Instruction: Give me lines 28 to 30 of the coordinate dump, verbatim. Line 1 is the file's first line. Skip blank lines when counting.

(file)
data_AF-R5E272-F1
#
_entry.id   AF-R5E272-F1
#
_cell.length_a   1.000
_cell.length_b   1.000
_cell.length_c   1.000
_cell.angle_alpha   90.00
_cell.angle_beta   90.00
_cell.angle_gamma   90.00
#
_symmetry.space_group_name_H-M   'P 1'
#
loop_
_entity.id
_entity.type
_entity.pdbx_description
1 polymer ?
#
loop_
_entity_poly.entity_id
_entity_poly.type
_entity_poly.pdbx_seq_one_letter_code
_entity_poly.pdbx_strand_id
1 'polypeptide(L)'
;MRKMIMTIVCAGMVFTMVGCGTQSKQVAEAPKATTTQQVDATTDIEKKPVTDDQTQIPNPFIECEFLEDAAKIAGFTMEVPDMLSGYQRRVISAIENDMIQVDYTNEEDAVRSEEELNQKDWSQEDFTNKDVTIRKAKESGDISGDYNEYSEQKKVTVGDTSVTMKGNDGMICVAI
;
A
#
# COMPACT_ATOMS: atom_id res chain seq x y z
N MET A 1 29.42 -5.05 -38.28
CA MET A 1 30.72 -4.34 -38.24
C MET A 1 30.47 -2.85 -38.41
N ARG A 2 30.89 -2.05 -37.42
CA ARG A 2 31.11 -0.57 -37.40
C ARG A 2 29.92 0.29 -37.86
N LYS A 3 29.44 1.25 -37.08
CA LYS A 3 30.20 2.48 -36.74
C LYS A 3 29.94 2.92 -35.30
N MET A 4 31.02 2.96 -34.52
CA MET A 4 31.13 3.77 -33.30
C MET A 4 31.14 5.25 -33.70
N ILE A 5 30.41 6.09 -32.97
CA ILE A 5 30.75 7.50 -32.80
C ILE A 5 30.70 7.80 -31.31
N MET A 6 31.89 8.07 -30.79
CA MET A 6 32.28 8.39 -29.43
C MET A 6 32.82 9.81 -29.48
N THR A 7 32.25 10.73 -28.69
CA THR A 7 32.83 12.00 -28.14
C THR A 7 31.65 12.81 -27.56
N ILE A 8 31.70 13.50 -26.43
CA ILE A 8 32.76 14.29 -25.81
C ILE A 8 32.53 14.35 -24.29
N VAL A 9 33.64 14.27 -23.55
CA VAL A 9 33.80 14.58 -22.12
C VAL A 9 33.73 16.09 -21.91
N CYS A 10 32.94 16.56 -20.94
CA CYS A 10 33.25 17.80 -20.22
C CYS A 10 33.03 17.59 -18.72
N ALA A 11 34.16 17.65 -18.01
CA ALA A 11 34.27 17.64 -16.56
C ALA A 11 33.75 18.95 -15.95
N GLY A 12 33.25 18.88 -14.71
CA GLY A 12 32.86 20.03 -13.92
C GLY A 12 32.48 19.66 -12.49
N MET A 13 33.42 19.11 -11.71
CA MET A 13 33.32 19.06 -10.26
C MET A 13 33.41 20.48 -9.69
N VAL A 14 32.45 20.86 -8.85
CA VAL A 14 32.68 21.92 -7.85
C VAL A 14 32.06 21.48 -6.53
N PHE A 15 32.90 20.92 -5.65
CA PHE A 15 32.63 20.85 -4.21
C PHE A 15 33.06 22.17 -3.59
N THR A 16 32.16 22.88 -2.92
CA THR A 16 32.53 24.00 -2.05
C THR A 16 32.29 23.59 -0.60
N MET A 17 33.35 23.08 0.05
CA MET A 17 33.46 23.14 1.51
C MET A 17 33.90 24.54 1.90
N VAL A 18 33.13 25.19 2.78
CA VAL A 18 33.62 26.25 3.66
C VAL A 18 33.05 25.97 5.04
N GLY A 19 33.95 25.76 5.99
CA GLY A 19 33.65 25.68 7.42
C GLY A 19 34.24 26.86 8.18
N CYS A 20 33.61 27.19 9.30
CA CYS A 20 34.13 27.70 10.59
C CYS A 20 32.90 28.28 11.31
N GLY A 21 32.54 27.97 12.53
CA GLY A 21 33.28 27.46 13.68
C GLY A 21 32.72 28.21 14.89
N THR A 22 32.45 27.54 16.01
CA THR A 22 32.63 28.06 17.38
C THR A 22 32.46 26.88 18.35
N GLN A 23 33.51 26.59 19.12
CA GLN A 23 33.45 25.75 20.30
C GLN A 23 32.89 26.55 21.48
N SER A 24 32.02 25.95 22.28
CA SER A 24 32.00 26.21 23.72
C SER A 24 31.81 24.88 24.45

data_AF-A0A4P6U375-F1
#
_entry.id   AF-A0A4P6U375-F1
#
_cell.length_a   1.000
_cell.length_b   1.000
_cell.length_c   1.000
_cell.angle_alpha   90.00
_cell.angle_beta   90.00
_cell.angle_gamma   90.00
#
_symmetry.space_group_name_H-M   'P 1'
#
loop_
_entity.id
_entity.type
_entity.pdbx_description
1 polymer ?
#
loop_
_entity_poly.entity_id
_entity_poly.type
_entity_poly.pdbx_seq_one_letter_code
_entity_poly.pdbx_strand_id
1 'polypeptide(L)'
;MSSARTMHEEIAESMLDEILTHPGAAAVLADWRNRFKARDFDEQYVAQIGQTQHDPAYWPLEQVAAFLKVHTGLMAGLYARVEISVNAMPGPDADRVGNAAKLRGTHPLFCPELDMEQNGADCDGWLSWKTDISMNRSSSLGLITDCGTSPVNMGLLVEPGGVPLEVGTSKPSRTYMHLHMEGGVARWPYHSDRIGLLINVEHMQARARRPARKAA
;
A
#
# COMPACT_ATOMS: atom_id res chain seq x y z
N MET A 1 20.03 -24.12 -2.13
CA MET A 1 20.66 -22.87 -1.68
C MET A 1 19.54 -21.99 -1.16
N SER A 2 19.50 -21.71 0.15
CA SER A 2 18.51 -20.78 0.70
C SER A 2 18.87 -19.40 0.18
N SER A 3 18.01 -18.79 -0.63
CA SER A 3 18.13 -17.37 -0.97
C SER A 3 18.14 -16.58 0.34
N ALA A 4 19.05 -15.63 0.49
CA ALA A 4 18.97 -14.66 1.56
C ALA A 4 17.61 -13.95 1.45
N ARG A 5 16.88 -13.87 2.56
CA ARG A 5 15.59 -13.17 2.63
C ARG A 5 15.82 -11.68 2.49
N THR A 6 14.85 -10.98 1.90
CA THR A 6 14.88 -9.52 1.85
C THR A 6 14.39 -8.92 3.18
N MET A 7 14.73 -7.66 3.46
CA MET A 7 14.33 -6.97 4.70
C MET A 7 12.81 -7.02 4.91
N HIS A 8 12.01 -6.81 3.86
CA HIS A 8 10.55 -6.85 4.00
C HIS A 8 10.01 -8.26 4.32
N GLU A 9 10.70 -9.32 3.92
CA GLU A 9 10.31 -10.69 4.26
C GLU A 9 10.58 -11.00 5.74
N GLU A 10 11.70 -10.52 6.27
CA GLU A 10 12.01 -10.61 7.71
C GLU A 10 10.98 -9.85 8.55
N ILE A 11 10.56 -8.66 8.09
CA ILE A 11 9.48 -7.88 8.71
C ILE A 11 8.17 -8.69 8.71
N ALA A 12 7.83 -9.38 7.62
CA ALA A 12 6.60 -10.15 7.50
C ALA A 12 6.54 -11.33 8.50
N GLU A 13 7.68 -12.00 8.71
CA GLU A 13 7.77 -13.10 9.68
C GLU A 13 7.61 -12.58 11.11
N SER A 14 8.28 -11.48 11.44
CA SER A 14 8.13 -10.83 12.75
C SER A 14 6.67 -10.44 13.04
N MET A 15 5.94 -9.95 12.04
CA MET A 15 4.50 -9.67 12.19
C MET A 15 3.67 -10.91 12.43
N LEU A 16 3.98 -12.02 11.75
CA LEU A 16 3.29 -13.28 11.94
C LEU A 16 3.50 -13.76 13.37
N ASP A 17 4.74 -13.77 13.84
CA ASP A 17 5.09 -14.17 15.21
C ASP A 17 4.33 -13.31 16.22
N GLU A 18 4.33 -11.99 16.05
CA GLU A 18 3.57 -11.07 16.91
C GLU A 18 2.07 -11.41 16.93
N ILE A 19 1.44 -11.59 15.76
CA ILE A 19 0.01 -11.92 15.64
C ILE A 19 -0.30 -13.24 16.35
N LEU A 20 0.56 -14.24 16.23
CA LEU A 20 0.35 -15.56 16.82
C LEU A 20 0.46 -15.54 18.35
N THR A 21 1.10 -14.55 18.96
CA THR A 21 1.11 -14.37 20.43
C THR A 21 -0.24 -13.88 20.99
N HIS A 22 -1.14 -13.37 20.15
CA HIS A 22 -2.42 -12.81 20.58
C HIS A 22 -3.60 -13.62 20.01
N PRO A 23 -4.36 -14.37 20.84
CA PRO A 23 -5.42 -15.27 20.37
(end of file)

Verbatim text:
A
#
# COMPACT_ATOMS: atom_id res chain seq x y z